starring Keanu Reeves, Halle Berry, Laurence Fishburne, Ian McShane
screenplay by Derek Kolstad and Shay Hatten and Chris Collins & Marc Abrams
directed by Chad Stahelski
by Walter Chaw As the novelty wanes and the universe expands, the John Wick franchise becomes less fleet, though its pleasures, when they arrive, have lost little of their joy. I think of these films, three of them now, as describing the arc of the great Hollywood Musical actors, the Fred Astaires and Gene Kellys, the Liza Minellis and Ginger Rogers and Judy Garlands, who would enliven whatever inanimate book in which they were mired with their irrepressible stagecraft and charisma whenever the spotlight caught them. John Wick: Chapter 3 - Parabellum (hereafter John Wick 3), in other words, is a slog of mythology linking galvanizing action sequences that are meticulously choreographed, unapologetically brutal, and graceful in every way the picture's story and dialogue are not. They're so good, really, that it hardly matters what the movie's about--so good that it's fair to wonder why they're working so hard at trying to pull coherence out of this premise instead of just offering vague excuses to arm the graceful, lanky, morose hero and drop him in the middle of bad situations. I mean, do they know it's not necessary? Is the world-building mumbo-jumbo a meta-joke on a media landscape now dominated by three or four dynastic storylines?
The stuff that isn't top-grade action is first-rate gobbledygook. Lost is the elegance of a sad guy avenging his dead puppy, replaced by mythology concerning promises and oaths and specially-minted coins and Dungeons & Dragons life-counters with secret compartments you can open with a bloody thumbprint. Wick calls in favours, reveals he grew up as a ballet dancer under the harsh eye of The Director (Anjelica Huston), and ends up looking for a cleric in the Casablanca desert because reasons, man, deep reasons. With only a book, Wick kills 76ers backup center Boban Marjanovic, who has a Richard Kiel quality about him I found to be wonderfully nostalgic. Wick eyeball-kills someone else, uses another person's arm to flip a motorcycle, wields a shotgun with a sort of concussive glee, and generally does the things we hope he will do. Director Chad Stahelski shoots and edits it all with staggering clarity. It's a former stunt man honouring the craft--there's never any confusion over stakes or geography.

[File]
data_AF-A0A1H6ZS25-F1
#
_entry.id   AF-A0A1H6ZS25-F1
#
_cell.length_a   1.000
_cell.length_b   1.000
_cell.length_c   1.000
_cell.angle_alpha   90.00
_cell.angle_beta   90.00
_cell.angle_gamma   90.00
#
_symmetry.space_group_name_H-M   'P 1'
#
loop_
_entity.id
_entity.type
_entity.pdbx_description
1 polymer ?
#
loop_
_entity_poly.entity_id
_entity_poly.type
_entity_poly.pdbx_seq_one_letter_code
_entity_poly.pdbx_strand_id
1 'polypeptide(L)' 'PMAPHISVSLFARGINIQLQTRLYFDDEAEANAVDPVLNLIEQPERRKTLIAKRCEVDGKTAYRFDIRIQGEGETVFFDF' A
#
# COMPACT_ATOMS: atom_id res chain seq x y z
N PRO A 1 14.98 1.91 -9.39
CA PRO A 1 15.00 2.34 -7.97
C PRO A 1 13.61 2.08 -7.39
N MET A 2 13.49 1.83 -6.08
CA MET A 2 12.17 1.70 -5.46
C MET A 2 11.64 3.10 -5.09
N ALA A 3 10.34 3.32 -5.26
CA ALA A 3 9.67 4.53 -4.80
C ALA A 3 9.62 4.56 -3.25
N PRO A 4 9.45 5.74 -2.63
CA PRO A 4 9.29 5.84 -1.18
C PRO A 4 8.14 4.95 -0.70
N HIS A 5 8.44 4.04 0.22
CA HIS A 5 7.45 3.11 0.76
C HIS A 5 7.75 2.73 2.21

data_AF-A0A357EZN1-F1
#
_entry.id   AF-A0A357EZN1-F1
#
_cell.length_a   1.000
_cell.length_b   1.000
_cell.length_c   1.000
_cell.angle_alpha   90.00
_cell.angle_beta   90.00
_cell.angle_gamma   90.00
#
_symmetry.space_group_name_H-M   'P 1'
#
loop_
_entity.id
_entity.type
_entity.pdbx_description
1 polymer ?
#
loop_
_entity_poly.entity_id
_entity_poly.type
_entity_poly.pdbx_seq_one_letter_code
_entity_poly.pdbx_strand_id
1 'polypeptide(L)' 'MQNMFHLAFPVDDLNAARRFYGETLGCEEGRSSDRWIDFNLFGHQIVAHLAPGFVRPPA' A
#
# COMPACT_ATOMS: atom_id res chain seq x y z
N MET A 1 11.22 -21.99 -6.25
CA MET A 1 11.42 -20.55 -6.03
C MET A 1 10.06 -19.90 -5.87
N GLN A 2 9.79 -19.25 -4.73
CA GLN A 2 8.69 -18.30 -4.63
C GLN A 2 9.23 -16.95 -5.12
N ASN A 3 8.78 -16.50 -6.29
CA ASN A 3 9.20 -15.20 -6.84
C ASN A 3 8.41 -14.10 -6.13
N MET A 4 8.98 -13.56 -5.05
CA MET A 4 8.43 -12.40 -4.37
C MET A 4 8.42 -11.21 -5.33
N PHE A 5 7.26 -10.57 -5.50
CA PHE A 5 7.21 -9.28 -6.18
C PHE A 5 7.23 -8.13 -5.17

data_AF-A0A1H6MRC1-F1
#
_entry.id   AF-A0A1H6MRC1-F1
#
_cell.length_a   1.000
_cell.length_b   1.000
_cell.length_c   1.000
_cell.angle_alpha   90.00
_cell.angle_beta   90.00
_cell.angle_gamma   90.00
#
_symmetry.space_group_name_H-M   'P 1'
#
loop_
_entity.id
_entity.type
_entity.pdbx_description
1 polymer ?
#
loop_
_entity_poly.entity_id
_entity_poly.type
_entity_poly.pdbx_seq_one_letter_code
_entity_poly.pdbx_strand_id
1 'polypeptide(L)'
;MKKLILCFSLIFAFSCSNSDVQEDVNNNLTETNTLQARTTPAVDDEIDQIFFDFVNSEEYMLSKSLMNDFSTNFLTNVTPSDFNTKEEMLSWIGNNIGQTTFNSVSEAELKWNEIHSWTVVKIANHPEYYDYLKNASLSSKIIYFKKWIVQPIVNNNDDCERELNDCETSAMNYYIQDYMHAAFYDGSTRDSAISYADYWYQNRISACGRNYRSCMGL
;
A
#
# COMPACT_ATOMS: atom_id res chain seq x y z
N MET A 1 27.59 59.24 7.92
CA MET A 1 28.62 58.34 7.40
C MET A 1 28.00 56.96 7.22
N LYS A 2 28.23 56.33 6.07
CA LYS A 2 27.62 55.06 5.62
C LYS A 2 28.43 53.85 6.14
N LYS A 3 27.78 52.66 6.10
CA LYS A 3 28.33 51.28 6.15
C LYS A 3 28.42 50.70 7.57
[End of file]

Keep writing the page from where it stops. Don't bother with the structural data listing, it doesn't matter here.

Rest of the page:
Indeed, there's nothing not to like about the action sequences. Consider the shootout through Moroccan ruins, with Sofia and her attack dogs adding savage punctuation to a slick gunfight. It's awesome. Even better, Sofia is allowed to be the prime mover in this sequence while Wick lingers in the background, and her fighting mien is something of a departure for these films: fearsome, angry. While nothing tops the stylishness or satisfaction of the original's nightclub set-piece, these few minutes come close. John Wick 3 only falters when it dives into its lore. Lore is wonderful when it's hinted at, less so when it's asked to carry much of a narrative load. Wick is driven in this one to get his excommunicado status revoked, but as he seems indestructible, it's not clear what the stakes are for him. He imperils those who would help him, yet bristles when he's used as a tool in the end: use as a tool the precise fate he'd hope to win. There's an "Adjudicator" played by Asia Kate Dillon, who approximates icy well while doling out dire judgments on behalf of the High Table--pity they aren't given much to work with beyond a soulless-administrator archetype. Better is arch-villain Zero (Mark Dacascos), who comes off more like a fan of Wick hoping to be pals with him than like his fearsome adversary. It's a choice that deflates the potential stereotype of another Asian master defeated by a pretty white guy in an American action flick, and it demonstrates, along with Sofia's foregrounding, a gratifying grasp of how representation looks when characters are written with respect to their humanity rather than just their ethnicity. John Wick 3 ends on a cliffhanger for another chapter it will almost certainly earn; the danger going forward is that these films drown in their own bureaucratic mysticism. Three movies in, they remain the best argument that Americans still have a voice in the action game. They still feel fresh, but for how much longer it's hard to say.